I was feeling a bit down this week so thought it was time to have a go at something I have been intending to try for ages - forest bathing. According to research, spending time in forests or with trees can improve our health and wellbeing. This is something I have never doubted, but I tend to have a purpose when heading into the trees: going for a jog or a walk, to fill up the bird feeders or to spot birds. This time I intended to really slow down and focus on the moment.

What is forest bathing?

Forest bathing is simply taking time out to connect with nature by mindfully immersing yourself in a forest or wood to relax your mind and give you a sense of well-being. Like me, you might assume you have been doing this for years, but it isn’t quite the same as going for a quick walk for exercise. It means deliberately slowing down and using all five senses to bridge the gap between yourself and the natural world.

The concept has its origins in an ancient Japanese religion, but its modern form and name date from 1982 when the Japanese government began to notice the harmful effects the technology boom was having on city dwellers. People were showing signs of burnout; sickness, stress and depression. They called these symptoms “karoshi”, which translates to “death by overwork”. In response, Japan launched a national health programme called ‘Shinrin-yoku’ from ‘shinrin’ meaning ‘forest’ and ‘yoku’ meaning ‘bath’. ‘Forest bathing’ means immersing oneself in the forest atmosphere or taking in its ambience through our senses.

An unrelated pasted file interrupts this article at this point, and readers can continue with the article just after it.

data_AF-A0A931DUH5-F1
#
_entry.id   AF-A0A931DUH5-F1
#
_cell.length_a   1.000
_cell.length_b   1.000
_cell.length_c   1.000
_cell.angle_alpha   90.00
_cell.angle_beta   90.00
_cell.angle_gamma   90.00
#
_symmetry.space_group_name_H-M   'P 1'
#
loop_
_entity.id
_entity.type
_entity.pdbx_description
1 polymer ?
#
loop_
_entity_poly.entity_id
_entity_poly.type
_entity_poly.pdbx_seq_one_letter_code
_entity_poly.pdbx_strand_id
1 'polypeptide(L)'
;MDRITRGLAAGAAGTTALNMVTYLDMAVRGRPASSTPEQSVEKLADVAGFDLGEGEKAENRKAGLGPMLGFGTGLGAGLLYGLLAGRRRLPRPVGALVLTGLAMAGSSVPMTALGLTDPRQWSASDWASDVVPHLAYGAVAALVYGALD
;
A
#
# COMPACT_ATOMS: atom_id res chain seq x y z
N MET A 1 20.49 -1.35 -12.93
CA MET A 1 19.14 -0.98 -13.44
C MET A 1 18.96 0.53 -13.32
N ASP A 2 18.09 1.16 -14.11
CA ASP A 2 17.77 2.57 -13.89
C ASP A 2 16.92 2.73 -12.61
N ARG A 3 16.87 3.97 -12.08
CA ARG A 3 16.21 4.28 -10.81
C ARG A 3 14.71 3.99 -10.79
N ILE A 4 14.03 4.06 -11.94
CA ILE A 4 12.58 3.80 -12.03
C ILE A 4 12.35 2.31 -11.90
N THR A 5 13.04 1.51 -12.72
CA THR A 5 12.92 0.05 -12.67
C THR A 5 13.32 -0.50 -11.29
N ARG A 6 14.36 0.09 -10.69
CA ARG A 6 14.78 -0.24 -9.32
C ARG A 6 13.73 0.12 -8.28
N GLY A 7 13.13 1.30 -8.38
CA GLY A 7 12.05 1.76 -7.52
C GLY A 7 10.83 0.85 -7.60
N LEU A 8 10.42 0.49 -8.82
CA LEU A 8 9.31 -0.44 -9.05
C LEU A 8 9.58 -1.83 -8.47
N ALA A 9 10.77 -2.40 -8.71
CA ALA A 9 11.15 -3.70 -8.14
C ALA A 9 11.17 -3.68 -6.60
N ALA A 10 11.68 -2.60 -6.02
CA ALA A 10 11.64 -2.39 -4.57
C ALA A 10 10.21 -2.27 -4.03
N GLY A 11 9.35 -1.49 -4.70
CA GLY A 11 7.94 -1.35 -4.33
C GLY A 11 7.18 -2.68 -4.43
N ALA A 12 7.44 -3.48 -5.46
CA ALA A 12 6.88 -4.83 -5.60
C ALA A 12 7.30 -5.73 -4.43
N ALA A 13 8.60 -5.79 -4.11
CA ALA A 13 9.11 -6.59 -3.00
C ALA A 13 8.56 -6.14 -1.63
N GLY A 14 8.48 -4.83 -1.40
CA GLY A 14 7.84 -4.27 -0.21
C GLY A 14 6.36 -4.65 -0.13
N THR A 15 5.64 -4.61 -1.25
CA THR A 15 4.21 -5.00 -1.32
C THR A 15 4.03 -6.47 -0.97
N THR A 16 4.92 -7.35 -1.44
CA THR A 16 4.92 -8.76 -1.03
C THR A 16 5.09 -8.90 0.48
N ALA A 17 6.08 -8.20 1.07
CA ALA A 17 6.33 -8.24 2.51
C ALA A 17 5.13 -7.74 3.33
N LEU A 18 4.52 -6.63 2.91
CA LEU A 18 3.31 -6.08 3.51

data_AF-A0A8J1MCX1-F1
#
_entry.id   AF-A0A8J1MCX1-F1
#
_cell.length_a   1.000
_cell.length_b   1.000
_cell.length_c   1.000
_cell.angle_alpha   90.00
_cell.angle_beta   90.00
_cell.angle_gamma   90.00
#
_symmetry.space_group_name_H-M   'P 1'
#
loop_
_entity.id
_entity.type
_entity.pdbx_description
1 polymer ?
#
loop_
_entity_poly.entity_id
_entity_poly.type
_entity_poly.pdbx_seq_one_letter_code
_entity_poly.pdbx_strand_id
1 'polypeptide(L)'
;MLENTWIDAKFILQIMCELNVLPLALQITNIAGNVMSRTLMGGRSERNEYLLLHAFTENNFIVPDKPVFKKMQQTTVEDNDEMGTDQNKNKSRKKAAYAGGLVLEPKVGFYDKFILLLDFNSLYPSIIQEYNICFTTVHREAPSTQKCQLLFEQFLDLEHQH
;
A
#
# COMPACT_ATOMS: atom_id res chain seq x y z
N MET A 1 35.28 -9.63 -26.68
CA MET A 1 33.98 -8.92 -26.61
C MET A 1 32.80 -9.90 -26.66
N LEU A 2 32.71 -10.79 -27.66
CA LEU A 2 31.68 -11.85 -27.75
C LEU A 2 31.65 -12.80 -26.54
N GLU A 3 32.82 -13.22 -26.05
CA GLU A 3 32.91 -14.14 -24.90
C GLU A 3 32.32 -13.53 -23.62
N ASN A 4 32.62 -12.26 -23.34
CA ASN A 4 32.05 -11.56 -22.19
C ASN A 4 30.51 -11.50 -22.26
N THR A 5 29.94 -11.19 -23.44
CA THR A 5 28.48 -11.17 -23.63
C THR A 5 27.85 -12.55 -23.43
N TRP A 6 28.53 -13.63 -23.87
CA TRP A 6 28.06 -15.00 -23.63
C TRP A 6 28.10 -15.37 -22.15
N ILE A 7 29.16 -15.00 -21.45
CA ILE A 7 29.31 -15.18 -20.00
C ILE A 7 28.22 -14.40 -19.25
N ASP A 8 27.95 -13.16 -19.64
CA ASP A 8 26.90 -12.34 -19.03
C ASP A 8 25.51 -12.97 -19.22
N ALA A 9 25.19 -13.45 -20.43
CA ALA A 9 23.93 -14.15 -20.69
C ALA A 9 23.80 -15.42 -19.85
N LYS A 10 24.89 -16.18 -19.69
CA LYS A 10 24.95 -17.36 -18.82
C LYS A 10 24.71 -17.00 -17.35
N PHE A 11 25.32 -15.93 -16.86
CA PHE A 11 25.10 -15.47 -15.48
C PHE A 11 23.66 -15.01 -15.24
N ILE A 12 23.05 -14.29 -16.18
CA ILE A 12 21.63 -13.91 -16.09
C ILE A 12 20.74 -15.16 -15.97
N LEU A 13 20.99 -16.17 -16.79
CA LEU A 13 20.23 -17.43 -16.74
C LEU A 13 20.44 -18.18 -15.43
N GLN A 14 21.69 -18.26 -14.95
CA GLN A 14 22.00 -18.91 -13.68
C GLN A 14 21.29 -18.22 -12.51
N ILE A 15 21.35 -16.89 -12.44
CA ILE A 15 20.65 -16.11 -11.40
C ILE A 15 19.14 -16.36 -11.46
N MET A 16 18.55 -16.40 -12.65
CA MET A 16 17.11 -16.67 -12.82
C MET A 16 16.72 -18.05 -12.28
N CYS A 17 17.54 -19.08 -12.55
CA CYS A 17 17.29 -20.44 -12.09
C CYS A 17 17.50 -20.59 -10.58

What are the potential benefits?

Most of us know intuitively that being in nature can make us feel better; the sound of the wind and birds, the scents of different foliage or flowers, the warmth of sunlight on our skin, the fresh air - all can all give us a sense of wellbeing, help us relax and think more clearly. This has become particularly clear during the COVID-19 lockdown when many people have had little contact with nature and have found out how much they miss it. These positive health and mental well-being effects have now been confirmed by scientific studies which have found that forest bathing can reduce blood pressure, lower cortisol levels and hence stress, and improve mood, concentration and memory. Furthermore, according to Japanese scientists, trees and plants release oils called phytoncides to protect themselves from harmful insects and germs which also help boost the human immune system.

How to do it

Forest bathing is no more complicated than simply going for a slow wander in your local woods or park. But rather than walking for exercise, take the time to really focus on the natural world around you: from the rays of sunlight catching the leaves to birdsong echoing from the canopy.There are no real rules but guidance generally suggests the following:

· Leave your phone or camera behind, or if that is impossible turn them off. The point is to focus on where you are and what is happening at that moment, not what is happening elsewhere or capturing an image for later use.